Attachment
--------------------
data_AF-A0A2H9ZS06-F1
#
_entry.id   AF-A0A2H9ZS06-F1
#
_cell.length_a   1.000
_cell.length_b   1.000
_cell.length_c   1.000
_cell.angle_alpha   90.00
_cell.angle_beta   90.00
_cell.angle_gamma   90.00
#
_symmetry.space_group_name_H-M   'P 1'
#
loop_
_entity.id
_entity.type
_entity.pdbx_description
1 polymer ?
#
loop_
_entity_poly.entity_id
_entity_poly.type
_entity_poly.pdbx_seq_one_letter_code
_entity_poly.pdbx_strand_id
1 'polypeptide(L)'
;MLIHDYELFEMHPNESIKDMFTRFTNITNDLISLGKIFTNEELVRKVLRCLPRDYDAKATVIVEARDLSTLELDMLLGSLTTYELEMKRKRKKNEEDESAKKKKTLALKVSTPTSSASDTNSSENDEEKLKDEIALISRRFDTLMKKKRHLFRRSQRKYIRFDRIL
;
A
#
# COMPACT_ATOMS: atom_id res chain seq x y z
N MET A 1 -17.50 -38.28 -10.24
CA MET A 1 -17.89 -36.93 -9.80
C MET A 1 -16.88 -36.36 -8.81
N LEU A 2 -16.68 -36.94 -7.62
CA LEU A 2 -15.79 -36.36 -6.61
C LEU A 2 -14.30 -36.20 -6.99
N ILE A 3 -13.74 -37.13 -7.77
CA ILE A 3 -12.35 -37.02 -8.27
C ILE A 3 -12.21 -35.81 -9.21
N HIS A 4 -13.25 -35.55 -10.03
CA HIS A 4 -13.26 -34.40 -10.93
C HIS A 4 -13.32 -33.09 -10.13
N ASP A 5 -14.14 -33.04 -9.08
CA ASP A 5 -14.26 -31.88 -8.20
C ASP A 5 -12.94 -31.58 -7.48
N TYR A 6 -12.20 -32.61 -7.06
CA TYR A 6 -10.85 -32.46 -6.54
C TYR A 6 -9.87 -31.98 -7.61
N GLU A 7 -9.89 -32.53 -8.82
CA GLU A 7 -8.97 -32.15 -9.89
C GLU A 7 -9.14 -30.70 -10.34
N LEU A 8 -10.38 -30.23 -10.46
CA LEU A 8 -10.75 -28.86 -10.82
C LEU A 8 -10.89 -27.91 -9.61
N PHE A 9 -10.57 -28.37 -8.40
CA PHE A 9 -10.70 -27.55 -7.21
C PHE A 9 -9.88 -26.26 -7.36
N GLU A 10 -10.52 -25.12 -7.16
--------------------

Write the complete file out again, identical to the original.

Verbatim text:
data_AF-A0A2H9ZS06-F1
#
_entry.id   AF-A0A2H9ZS06-F1
#
_cell.length_a   1.000
_cell.length_b   1.000
_cell.length_c   1.000
_cell.angle_alpha   90.00
_cell.angle_beta   90.00
_cell.angle_gamma   90.00
#
_symmetry.space_group_name_H-M   'P 1'
#
loop_
_entity.id
_entity.type
_entity.pdbx_description
1 polymer ?
#
loop_
_entity_poly.entity_id
_entity_poly.type
_entity_poly.pdbx_seq_one_letter_code
_entity_poly.pdbx_strand_id
1 'polypeptide(L)'
;MLIHDYELFEMHPNESIKDMFTRFTNITNDLISLGKIFTNEELVRKVLRCLPRDYDAKATVIVEARDLSTLELDMLLGSLTTYELEMKRKRKKNEEDESAKKKKTLALKVSTPTSSASDTNSSENDEEKLKDEIALISRRFDTLMKKKRHLFRRSQRKYIRFDRIL
;
A
#
# COMPACT_ATOMS: atom_id res chain seq x y z
N MET A 1 -17.50 -38.28 -10.24
CA MET A 1 -17.89 -36.93 -9.80
C MET A 1 -16.88 -36.36 -8.81
N LEU A 2 -16.68 -36.94 -7.62
CA LEU A 2 -15.79 -36.36 -6.61
C LEU A 2 -14.30 -36.20 -6.99
N ILE A 3 -13.74 -37.13 -7.77
CA ILE A 3 -12.35 -37.02 -8.27
C ILE A 3 -12.21 -35.81 -9.21
N HIS A 4 -13.25 -35.55 -10.03
CA HIS A 4 -13.26 -34.40 -10.93
C HIS A 4 -13.32 -33.09 -10.13
N ASP A 5 -14.14 -33.04 -9.08
CA ASP A 5 -14.26 -31.88 -8.20
C ASP A 5 -12.94 -31.58 -7.48
N TYR A 6 -12.20 -32.61 -7.06
CA TYR A 6 -10.85 -32.46 -6.54
C TYR A 6 -9.87 -31.98 -7.61
N GLU A 7 -9.89 -32.53 -8.82
CA GLU A 7 -8.97 -32.15 -9.89
C GLU A 7 -9.14 -30.70 -10.34
N LEU A 8 -10.38 -30.23 -10.46
CA LEU A 8 -10.75 -28.86 -10.82
C LEU A 8 -10.89 -27.91 -9.61
N PHE A 9 -10.57 -28.37 -8.40
CA PHE A 9 -10.70 -27.55 -7.21
C PHE A 9 -9.88 -26.26 -7.36
N GLU A 10 -10.52 -25.12 -7.16